Congressman Darrell Issa



Published: 20 June 2012 01:24 PM

WASHINGTON — A House panel led by Inland Rep. Darrell Issa voted to hold U.S. Attorney General Eric Holder in contempt of Congress, a rare move that could lead to a criminal probe into the Justice Department’s handling of a botched anti-gun trafficking operation.

The House Committee on Oversight and Government Reform’s vote to issue a contempt citation came Wednesday, June 20, during a dramatic hearing in which the White House attempted to sidestep the contempt vote by invoking executive privilege.

That effort was rebuffed and the contempt citation was approved on a 23-17 vote with the panel’s Republicans all voting in favor and all Democrats opposing it.

Immediately after the vote, House Speaker John Boehner, R-Ohio, announced plans to bring the contempt resolution to the floor for a full House vote next week if the dispute is not resolved.

If that measure were to pass, the case could be referred to the U.S. attorney in the District of Columbia for possible criminal prosecution. Such a result would be unprecedented for a Cabinet secretary — especially the nation’s top law enforcement officer — and is seen as unlikely, in part because the contempt charge would expire at the end of the current Congress and criminal proceedings often take much longer.

At the center of the dispute are e-mail correspondence and other documents related to Operation Fast and Furious, a federal operation that involved the sale of guns, many of which wound up in the hands of Mexican drug cartels.

Under the Bureau of Alcohol, Tobacco, Firearms and Explosives operation, middlemen known as “straw buyers” were allowed to purchase guns in the United States. Authorities planned to monitor the guns’ movement across the border. By tracking the weapons, they hoped to identify and arrest high-level drug traffickers and disrupt the cartels they supported.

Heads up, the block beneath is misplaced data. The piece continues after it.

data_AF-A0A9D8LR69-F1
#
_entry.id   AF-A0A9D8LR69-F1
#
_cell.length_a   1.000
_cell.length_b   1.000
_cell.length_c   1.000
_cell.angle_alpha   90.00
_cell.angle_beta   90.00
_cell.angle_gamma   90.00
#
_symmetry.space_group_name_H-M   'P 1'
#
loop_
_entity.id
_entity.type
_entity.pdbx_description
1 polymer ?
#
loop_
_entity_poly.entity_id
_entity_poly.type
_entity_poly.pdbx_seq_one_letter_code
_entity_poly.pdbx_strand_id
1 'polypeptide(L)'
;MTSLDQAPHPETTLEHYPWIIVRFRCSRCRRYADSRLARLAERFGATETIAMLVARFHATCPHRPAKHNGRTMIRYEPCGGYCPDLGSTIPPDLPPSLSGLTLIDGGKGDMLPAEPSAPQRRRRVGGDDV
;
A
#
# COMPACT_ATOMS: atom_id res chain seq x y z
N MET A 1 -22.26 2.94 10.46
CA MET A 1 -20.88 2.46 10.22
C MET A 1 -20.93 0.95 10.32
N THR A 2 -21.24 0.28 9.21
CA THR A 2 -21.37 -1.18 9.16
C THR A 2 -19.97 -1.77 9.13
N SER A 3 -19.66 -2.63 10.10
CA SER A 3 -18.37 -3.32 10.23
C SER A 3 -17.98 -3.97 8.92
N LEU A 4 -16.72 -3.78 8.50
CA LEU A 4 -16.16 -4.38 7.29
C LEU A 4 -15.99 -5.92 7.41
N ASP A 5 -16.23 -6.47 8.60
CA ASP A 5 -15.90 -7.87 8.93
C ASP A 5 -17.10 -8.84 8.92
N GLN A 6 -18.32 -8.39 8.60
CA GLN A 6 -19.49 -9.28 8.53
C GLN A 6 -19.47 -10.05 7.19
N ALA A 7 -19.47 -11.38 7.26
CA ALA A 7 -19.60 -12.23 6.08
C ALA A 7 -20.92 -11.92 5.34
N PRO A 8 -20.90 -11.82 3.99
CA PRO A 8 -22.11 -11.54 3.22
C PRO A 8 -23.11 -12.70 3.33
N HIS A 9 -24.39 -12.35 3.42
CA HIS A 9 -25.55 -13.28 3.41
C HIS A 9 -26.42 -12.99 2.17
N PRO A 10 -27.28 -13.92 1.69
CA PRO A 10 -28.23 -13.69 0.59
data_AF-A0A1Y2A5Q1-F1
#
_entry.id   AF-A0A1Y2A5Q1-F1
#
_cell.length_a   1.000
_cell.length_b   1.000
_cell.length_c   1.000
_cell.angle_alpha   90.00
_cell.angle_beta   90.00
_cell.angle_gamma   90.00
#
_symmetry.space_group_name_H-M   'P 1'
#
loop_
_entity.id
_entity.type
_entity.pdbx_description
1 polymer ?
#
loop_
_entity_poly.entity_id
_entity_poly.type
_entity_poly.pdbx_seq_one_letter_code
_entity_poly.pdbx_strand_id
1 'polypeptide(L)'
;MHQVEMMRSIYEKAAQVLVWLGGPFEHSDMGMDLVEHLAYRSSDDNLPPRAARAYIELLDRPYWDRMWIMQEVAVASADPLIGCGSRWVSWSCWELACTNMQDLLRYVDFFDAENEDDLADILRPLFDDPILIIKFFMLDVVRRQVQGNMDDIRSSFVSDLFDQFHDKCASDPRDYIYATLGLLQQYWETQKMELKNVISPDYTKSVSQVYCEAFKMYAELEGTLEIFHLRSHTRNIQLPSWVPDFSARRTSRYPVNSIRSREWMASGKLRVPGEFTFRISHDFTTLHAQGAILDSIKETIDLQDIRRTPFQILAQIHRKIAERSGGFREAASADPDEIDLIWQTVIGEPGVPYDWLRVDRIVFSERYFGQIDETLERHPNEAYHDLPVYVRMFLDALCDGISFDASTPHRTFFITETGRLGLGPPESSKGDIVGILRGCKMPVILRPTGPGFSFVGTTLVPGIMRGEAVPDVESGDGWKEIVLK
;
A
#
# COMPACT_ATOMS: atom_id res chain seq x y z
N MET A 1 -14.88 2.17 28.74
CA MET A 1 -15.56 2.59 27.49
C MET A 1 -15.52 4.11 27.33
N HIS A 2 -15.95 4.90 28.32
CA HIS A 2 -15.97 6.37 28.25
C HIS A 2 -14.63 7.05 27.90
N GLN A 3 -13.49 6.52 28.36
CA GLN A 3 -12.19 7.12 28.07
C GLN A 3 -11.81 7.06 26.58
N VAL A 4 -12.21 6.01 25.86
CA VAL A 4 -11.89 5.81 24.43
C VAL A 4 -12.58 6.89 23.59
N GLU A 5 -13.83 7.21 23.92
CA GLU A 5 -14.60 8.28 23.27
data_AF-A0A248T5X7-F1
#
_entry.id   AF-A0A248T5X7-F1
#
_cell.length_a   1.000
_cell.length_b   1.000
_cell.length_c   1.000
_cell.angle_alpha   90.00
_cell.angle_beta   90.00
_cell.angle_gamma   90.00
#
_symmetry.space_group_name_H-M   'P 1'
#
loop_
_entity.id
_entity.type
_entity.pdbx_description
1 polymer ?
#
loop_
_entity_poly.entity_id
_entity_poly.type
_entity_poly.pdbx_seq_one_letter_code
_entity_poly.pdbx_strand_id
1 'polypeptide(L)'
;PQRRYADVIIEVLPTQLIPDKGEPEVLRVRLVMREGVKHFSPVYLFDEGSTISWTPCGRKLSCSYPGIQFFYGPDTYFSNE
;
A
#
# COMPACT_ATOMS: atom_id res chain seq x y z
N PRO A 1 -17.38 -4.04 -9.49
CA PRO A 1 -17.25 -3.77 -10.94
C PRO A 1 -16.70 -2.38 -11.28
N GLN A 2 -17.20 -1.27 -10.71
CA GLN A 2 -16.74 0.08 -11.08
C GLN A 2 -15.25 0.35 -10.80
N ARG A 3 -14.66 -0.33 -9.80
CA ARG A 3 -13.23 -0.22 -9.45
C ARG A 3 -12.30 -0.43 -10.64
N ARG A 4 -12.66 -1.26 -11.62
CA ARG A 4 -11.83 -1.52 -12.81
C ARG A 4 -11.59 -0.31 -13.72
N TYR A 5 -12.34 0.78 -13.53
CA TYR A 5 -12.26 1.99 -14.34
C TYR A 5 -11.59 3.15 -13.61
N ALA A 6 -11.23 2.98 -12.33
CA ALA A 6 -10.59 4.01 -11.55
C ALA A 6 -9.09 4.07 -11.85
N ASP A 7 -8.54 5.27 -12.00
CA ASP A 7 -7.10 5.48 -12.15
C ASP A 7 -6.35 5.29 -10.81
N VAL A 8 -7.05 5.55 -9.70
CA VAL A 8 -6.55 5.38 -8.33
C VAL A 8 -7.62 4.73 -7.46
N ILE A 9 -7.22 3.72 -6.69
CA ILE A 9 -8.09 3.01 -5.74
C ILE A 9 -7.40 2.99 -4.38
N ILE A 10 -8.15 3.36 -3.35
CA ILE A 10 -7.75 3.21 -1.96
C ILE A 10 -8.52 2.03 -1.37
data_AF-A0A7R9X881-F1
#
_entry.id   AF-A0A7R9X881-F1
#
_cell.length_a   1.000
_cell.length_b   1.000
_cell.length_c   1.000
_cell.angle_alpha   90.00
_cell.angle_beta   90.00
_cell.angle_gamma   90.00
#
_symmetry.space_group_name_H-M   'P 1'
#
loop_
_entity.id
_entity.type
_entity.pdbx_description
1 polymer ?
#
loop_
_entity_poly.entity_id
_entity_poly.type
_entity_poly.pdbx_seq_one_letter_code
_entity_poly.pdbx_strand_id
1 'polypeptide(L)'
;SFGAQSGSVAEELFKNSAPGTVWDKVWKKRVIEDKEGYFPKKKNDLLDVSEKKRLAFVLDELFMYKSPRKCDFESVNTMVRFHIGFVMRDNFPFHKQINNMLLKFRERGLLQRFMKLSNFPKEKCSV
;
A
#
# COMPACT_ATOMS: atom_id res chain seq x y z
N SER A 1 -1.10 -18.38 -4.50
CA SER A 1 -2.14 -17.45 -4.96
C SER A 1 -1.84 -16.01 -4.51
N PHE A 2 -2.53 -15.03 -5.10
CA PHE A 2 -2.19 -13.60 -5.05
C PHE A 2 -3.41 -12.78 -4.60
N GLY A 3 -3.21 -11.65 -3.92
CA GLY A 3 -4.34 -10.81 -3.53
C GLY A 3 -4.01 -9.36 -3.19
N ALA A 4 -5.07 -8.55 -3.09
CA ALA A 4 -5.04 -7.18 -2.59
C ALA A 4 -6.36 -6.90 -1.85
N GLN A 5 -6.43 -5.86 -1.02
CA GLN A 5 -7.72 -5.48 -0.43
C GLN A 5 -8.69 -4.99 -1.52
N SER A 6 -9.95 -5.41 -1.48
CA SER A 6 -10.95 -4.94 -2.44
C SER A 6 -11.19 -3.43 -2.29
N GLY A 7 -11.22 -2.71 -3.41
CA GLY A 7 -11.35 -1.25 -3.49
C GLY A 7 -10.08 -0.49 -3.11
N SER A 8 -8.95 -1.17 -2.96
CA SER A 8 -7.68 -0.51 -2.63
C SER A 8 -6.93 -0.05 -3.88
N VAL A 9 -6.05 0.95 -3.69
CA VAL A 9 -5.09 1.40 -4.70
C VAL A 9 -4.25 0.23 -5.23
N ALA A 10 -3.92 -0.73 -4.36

But authorities lost track of as many as 2,000 guns, including semiautomatic weapons. Some were later linked to crimes. Two AK-47 rifles were found at the scene of the 2010 slaying of U.S. Border Patrol Agent Brian Terry in Arizona. Terry had gone through boot camp at Camp Pendleton near Temecula.

“Brian Terry is dead. He is dead with weapons that were allowed to walk by our government,” said Issa, R-Vista. “A year and a half later, the Terry family is still searching for answers … the Department of Justice has fought this committee’s investigation every step of the way.”

The contempt vote is among the most aggressive actions that Issa, who represents much of southwestern Riverside County, has taken during his two-year tenure as the House’s top watchdog.

As chairman of the oversight panel, Issa issued subpoenas seeking information about Fast and Furious, what Justice Department officials knew about the operation, and when they knew it. Thus far, the agency has turned over roughly 7,600 documents.

Holder maintained that the Justice Department has already provided an unprecedented amount of information. In a meeting with Issa on Tuesday evening, Holder offered to release the remaining materials.

“We offered the documents on the condition it would resolve the subpoenas,” Holder told reporters after Tuesday’s meeting. “The offer that we made is still there.”

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